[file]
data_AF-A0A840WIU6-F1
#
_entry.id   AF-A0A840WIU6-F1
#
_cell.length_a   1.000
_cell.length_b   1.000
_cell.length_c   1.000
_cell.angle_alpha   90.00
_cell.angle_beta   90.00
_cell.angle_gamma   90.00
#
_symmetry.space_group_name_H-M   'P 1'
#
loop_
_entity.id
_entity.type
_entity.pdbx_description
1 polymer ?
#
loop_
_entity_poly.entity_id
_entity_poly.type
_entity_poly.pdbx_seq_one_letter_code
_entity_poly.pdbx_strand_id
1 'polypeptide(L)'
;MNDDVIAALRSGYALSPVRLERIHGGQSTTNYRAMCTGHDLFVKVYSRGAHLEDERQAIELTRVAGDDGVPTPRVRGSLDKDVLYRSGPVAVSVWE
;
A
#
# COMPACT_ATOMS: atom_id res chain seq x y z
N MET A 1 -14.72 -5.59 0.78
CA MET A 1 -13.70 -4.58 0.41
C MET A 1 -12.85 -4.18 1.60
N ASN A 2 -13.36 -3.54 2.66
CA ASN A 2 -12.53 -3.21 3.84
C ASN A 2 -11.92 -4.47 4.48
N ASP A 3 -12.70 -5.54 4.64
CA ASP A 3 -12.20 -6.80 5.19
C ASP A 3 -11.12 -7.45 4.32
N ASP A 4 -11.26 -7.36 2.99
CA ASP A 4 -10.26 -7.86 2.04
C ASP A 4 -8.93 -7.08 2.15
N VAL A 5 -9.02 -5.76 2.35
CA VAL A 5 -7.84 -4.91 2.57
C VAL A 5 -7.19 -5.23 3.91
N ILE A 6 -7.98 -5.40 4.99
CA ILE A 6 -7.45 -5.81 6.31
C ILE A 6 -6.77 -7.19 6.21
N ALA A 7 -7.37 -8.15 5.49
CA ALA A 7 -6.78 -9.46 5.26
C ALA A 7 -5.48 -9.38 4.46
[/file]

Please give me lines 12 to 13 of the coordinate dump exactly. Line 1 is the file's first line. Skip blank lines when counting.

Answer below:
_symmetry.space_group_name_H-M   'P 1'
#